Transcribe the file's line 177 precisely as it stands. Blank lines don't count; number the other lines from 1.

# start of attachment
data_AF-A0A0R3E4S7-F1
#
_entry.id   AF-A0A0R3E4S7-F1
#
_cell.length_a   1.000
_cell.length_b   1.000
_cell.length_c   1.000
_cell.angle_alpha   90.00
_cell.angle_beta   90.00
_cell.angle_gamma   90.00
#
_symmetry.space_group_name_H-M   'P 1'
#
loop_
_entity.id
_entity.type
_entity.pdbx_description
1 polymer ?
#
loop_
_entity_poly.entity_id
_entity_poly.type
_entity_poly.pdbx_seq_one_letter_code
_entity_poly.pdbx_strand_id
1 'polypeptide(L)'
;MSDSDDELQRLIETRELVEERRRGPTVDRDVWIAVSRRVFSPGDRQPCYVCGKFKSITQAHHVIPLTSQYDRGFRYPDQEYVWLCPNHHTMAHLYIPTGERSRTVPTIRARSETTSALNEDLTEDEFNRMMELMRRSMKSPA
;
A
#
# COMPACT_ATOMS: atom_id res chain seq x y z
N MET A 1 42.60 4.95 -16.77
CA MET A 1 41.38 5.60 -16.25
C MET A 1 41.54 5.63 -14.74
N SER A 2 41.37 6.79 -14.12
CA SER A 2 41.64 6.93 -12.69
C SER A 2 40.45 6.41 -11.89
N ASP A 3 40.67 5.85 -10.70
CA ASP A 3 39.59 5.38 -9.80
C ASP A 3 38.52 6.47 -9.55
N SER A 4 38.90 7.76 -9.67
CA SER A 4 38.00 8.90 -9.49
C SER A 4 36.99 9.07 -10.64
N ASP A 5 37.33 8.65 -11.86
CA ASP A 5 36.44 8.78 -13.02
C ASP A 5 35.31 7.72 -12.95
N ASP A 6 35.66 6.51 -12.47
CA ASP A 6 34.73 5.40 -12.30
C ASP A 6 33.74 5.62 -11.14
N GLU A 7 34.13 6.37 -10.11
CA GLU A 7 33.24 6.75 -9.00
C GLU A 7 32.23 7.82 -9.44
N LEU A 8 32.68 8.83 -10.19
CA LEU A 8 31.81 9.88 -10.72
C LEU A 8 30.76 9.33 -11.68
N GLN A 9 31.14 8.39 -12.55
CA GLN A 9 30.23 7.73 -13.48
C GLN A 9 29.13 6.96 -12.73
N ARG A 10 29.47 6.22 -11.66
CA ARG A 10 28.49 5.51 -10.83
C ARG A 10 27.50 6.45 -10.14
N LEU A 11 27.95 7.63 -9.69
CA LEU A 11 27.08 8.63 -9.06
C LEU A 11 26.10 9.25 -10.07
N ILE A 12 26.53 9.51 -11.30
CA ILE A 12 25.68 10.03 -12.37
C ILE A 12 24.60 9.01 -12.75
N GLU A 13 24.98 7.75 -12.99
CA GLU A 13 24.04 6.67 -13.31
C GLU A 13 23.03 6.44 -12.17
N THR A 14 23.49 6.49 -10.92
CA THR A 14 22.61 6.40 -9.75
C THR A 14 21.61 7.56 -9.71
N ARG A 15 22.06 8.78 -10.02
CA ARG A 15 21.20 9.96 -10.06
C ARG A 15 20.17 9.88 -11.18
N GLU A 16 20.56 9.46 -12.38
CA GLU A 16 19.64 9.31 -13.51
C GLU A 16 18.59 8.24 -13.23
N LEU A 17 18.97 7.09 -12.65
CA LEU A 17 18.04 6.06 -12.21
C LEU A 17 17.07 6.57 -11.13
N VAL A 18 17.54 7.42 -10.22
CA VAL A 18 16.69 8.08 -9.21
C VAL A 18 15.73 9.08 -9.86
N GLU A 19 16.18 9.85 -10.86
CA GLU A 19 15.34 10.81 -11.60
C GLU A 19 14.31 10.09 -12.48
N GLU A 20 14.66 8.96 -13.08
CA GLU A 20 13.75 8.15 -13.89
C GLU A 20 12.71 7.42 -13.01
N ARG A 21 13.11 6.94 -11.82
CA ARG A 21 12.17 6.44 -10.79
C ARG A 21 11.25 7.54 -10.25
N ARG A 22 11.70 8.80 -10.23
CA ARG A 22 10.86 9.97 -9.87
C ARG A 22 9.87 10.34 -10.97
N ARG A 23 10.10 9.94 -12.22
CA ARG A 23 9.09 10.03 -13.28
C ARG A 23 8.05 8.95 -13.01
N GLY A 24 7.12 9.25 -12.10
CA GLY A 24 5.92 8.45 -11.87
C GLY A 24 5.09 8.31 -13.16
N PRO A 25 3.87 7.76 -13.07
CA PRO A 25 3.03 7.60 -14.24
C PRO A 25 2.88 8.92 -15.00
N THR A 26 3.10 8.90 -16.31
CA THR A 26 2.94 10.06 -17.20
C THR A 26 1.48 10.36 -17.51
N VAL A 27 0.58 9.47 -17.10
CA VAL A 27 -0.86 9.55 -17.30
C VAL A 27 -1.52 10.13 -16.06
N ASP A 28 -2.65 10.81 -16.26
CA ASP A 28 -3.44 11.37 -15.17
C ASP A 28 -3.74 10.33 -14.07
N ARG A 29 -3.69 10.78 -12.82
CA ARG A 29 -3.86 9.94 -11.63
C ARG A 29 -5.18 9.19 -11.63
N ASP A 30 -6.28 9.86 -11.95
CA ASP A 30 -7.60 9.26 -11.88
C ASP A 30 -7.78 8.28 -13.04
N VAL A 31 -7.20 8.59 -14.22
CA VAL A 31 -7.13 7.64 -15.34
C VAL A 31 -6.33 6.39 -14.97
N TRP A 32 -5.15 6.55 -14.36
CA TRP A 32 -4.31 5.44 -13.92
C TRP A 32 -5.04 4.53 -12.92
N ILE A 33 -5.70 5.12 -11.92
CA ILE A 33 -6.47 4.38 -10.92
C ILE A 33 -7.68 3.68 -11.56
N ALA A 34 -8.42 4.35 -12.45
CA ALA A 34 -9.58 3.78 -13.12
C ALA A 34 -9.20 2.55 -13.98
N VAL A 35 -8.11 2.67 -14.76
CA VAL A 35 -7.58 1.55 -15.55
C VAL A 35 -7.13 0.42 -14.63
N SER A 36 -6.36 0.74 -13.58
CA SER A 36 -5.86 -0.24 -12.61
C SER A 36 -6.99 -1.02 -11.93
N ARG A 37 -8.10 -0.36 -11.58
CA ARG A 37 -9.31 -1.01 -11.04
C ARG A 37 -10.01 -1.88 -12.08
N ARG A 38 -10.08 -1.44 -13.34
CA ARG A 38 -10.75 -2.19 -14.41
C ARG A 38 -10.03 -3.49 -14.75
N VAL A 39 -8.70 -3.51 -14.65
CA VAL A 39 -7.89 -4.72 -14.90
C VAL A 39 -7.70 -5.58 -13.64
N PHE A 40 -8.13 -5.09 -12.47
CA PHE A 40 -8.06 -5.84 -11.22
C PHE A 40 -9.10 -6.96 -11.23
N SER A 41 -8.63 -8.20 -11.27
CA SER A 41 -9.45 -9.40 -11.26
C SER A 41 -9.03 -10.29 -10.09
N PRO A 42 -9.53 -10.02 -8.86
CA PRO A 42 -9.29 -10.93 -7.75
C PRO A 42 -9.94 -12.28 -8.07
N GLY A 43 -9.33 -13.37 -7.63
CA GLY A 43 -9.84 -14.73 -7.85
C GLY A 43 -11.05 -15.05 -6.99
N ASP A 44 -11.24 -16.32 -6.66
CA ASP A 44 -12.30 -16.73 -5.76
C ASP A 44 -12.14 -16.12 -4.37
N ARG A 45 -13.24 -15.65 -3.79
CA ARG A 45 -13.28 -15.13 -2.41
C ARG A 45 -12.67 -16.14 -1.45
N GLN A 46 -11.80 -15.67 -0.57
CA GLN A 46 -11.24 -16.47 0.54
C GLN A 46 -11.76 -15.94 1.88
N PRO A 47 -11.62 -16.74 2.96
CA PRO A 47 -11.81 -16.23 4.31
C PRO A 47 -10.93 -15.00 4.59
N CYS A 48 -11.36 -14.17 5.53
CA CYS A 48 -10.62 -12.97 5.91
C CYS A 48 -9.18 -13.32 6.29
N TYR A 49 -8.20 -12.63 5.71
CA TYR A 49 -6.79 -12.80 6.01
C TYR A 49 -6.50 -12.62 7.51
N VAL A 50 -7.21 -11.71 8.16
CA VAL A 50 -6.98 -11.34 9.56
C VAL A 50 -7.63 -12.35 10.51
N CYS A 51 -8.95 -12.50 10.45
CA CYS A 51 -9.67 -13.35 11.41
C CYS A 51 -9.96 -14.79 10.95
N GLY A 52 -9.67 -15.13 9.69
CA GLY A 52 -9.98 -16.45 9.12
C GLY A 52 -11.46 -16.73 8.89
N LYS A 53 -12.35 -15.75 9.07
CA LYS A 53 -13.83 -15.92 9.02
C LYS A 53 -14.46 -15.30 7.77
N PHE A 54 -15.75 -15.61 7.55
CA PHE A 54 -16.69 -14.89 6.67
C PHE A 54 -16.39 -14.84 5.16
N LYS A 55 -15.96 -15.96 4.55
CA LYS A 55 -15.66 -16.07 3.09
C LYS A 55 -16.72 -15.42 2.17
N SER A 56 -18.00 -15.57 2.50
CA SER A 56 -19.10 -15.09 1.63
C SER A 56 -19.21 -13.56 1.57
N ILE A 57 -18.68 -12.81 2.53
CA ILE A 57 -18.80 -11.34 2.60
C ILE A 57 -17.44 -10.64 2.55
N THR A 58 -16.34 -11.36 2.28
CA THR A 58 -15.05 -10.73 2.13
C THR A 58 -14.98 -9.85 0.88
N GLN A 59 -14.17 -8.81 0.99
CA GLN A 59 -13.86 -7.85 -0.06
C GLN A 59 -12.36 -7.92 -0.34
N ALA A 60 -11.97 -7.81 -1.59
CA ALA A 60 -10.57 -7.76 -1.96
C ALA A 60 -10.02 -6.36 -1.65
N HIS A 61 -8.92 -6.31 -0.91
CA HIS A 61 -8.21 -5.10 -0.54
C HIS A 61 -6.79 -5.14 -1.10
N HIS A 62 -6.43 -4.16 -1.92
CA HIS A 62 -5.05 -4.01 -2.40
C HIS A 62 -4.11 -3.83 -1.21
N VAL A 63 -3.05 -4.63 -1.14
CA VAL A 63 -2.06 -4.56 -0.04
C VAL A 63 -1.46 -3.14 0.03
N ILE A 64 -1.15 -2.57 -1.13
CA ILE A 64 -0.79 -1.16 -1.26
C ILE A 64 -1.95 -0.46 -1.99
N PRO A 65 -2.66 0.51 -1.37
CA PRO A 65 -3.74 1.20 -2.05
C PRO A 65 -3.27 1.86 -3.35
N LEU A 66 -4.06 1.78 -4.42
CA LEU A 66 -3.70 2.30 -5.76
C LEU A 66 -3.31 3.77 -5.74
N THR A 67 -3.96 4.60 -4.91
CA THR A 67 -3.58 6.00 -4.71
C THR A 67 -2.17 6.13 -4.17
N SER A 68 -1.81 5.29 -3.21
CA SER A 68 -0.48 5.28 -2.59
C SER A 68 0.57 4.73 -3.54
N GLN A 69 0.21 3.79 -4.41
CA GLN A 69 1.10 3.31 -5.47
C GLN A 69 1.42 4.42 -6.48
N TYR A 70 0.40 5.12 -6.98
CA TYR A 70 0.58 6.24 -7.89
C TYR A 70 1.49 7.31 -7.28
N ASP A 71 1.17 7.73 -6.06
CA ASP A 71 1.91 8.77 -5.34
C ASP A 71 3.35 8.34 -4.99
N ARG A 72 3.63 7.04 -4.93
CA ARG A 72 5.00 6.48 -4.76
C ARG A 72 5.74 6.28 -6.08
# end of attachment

C TYR A 49 -6.50 -12.62 7.51